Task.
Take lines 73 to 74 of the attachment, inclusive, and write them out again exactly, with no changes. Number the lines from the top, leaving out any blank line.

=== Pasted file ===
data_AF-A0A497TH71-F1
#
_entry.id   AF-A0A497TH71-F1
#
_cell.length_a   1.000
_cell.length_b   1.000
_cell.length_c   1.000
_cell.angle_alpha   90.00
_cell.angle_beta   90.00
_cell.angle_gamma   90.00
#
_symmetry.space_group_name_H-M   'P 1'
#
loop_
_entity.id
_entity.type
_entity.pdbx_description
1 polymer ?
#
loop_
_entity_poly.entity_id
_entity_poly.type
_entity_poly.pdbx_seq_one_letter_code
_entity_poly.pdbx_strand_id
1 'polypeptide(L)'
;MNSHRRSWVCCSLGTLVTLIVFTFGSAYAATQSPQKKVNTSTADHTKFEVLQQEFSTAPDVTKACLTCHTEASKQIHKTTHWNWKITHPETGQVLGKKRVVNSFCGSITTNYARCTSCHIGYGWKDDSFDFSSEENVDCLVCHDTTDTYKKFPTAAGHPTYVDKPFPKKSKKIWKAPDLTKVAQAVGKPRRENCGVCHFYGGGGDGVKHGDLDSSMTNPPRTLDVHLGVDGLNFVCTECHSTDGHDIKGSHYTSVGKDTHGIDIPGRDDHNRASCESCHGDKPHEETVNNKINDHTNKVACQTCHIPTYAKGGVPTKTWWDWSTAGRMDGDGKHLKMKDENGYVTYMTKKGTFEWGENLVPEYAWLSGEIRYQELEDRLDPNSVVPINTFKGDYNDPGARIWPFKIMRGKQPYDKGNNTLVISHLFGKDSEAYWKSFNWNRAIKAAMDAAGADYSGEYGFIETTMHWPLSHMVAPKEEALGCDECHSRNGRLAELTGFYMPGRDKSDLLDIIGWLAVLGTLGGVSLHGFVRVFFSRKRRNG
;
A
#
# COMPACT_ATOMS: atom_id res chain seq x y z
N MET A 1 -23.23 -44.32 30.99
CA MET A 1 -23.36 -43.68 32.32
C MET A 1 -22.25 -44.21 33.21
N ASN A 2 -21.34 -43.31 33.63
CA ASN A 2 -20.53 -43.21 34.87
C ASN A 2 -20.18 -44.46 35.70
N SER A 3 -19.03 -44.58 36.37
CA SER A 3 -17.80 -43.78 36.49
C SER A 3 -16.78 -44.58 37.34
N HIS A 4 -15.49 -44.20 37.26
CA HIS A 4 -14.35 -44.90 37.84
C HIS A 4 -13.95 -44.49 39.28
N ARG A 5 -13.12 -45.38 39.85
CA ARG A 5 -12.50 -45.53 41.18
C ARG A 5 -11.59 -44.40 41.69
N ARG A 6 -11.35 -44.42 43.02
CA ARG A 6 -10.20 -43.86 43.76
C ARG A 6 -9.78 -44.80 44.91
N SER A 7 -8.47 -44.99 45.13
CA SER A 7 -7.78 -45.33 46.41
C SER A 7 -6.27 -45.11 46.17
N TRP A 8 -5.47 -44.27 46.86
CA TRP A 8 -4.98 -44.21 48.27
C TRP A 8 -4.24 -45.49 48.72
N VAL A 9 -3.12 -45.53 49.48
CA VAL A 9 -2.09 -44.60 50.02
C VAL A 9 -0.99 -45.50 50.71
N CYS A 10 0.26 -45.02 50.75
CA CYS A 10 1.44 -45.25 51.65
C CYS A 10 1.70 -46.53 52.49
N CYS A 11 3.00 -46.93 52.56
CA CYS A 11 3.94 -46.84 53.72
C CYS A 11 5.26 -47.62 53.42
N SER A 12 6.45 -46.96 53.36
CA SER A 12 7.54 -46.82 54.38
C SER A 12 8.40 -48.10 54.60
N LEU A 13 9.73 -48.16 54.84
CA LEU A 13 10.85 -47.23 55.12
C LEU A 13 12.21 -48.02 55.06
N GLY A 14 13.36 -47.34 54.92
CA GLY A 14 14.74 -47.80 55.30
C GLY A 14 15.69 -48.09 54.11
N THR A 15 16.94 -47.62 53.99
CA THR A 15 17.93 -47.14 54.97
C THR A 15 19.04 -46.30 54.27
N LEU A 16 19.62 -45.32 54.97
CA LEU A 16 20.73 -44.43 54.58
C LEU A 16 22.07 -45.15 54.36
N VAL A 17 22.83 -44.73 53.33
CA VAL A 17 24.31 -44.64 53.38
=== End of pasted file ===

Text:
N THR A 15 16.94 -47.62 53.99
CA THR A 15 17.93 -47.14 54.97